Between 3-6 February we are holding a series of library-related talks to mark National Libraries Day, which is on Saturday 7 February. Alongside the rich archival holdings of The National Archives there is a wonderful research library that is accessible to all. It contains thousands of printed and online sources that compliment and support research into the archives.
Sometimes people are surprised to learn that there is a library at The National Archives and may ask what its purpose is. The National Archives’ Library is a specialist library that is distinctive because it is a library collection (containing published sources) within an archive. It is also a research level library that is freely available to the public. Unlike similar libraries, the majority of the collection is on open access and can be browsed.
There has been a library here since the organisation was founded as the Public Record Office in the middle of the 19th century. For most of its history it was a research library for the staff but since 1997 it has been available for any user of The National Archives to use. It incorporates two early collections that pre-date the Public Record Office; that of the Record Commission, which provided its original nucleus, and that of the State Paper Office, which was absorbed into the new Public Record Office building in Chancery Lane in 1854.
Often the best place to start research is with published sources, to find out what has already been published on a topic, and also to gather bibliographic and archival references. For this reason, when considering a book for acquisition for the library we look to see whether The National Archives’ document references have been included. The library collection at The National Archives includes printed materials published from the 16th century onwards. It consists of primary published sources, such as annual directories, several of which date back to the 18th century. These are useful for looking up individuals, particularly from professions or occupations. For example the earliest Army List that we hold is dated 1740. All our 18th century Army Lists are available online via Discovery.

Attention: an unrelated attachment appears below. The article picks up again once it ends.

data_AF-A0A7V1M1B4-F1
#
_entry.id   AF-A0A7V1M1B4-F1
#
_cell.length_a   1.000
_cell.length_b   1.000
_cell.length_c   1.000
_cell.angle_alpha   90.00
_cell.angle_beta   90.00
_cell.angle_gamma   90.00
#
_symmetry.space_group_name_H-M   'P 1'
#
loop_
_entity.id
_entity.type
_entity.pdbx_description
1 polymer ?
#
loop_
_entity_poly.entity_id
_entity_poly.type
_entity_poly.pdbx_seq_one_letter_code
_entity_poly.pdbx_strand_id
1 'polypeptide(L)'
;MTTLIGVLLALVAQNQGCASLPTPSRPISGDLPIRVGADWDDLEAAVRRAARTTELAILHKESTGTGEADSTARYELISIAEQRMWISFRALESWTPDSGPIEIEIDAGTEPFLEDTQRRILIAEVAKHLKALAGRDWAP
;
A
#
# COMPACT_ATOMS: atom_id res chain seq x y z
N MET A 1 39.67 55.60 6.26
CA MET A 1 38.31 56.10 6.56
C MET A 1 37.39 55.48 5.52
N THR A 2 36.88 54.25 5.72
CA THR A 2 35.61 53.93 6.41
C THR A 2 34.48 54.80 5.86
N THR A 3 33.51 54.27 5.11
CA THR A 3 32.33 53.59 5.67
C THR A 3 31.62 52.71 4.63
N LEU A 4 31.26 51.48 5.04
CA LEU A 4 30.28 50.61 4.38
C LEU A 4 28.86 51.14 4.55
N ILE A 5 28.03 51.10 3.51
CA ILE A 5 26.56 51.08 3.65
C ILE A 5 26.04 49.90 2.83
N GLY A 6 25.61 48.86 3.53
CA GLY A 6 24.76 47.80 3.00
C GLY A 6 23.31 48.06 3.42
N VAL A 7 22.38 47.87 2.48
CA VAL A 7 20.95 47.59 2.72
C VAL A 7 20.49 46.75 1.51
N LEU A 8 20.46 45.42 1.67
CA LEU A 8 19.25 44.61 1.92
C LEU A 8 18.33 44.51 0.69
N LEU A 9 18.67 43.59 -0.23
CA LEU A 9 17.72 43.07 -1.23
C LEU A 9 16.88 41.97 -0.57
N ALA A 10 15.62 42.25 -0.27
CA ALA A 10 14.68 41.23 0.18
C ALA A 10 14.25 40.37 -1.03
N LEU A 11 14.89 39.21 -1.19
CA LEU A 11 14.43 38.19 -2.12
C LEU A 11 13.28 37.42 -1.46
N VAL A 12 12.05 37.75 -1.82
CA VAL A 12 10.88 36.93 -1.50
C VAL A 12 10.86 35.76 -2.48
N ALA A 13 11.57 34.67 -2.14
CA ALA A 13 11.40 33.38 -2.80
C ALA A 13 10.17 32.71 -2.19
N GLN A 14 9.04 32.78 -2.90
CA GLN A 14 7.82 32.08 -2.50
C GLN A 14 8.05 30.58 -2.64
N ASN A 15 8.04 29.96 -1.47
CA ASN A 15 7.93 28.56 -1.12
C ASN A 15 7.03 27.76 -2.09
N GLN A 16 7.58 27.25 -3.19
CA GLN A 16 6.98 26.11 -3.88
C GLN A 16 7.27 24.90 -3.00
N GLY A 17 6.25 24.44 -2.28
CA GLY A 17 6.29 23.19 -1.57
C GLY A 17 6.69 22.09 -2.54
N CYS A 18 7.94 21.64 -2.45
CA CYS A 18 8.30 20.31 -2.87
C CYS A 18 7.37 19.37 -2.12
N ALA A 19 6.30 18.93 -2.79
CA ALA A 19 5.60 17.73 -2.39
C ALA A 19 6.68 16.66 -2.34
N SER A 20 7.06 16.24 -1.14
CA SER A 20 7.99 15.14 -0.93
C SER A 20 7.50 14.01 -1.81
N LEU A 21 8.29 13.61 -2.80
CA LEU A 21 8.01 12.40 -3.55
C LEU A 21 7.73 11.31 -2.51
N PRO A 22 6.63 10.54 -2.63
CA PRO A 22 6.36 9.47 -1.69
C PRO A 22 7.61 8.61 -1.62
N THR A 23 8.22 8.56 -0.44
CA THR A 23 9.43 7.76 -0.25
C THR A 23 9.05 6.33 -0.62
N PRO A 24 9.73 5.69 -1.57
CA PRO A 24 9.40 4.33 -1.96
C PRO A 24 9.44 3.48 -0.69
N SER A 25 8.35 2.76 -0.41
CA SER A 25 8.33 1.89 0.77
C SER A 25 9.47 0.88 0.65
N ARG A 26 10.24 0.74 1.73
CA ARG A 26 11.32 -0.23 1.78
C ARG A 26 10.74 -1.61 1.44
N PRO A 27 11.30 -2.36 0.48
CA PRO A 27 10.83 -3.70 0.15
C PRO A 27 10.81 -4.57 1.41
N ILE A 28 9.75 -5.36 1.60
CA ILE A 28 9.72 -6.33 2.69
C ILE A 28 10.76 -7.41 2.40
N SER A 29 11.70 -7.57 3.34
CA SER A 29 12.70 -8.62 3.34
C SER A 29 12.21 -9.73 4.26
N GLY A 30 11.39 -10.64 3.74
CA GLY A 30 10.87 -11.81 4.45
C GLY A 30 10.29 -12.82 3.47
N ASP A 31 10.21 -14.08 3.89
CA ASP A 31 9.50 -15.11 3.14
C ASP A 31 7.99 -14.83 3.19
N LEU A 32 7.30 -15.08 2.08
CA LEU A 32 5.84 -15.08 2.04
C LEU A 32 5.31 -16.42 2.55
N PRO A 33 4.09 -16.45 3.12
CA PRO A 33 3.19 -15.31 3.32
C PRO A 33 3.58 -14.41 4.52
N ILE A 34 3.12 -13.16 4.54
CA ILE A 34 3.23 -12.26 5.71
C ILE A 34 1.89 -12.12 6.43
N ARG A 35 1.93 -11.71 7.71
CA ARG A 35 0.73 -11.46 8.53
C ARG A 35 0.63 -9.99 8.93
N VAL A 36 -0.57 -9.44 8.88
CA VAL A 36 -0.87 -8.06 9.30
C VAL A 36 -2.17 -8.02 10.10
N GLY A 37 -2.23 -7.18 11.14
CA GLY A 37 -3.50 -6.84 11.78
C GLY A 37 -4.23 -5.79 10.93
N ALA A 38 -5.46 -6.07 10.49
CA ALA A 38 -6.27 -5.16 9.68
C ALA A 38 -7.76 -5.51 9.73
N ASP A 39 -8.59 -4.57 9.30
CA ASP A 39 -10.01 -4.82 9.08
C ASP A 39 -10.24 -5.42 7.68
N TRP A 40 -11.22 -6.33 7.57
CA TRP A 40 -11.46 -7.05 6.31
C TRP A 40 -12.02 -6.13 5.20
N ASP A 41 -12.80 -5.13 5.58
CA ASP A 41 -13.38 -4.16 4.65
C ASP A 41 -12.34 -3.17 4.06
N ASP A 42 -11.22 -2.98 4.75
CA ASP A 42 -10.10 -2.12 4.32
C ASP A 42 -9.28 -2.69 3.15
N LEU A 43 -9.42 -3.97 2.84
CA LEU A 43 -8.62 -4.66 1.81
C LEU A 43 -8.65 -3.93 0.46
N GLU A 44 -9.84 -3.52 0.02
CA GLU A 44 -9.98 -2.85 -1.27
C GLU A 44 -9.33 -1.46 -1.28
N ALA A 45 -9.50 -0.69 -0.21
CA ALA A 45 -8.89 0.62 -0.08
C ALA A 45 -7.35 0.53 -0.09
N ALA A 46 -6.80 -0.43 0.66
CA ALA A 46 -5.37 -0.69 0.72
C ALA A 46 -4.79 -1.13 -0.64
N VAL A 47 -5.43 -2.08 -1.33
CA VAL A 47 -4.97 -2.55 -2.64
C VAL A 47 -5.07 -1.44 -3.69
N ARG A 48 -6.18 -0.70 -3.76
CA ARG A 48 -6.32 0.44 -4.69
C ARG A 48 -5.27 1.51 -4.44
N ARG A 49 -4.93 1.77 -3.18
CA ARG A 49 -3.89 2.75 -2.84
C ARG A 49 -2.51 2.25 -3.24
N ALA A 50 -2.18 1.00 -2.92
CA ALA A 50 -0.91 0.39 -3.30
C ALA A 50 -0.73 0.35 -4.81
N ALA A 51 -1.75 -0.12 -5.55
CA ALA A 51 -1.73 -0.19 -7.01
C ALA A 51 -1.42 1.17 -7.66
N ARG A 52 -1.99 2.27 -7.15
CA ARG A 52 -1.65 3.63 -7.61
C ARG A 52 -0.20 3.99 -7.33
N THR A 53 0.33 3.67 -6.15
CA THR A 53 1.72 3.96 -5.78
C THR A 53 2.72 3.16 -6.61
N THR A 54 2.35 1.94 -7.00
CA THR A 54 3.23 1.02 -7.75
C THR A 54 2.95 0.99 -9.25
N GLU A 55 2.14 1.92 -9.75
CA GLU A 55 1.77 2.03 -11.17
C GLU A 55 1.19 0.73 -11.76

Many books contain transcriptions or summaries of documents, both here and in other archives, for example the publications of local record societies. There are also facsimile copies of some documents including Domesday Book, which has been published in various formats since the 18th century. All of these can be used as surrogates for the original documents and help to protect them from overuse.
The library also provides secondary published sources, including journals and online resources, that provide contextual or background information on the wide range of subjects covered by the archival record. All this information is readily available alongside the raw archival material and books can be taken into the document reading rooms to use at the same time as reading the archives.
I am interested in the provenance of the books in our library collection. When cataloguing material we look for any information on the book that may provide clues to former owners, including bookplates, signatures and inscriptions, and library stamps. We have recently started identifying the books that were previously part of the State Paper Office by their library stamp and noting this in the library catalogue.
New books are regularly acquired either by purchase or donation. You can see a monthly display of new material in the Library including current issues of academic journals; the list of new acquisitions is also available on the online library catalogue.
Subjects covered include histories of government departments, work on the military forces, politics and government, social and economic history, the intelligence agencies, public history, trade and commerce, transport, the history and working of the English law courts, and British policy overseas.
A selection of online resources is available via the eLibrary including full text of parliamentary papers, newspapers online, and digitised collections of records such as the Adam Matthew archives collection and State Papers Online. A number of journals are also available online. The eLibrary is available onsite only and can be found on the public computers in the reading rooms.
Any visitor to The National Archives can browse the open access shelves in the Library. A reader’s ticket is required for access to the rare books collection and a small amount of material is stored offsite, but can be retrieved within three working days upon request. The Library catalogue is available online through The National Archives’ website.
The holdings of the Library can also be searched via the universal library catalogue Copac. We have also just become the 100th library to have its periodical holdings added to the universal catalogue SUNCAT.
This week there are several talks about specific aspects of the library collection – e-resources, published sources for First World War family history and a selection of early printed books published before 1800. For more information see the Events page on the website. If you have not had the opportunity to use the library before why not come along and have a browse.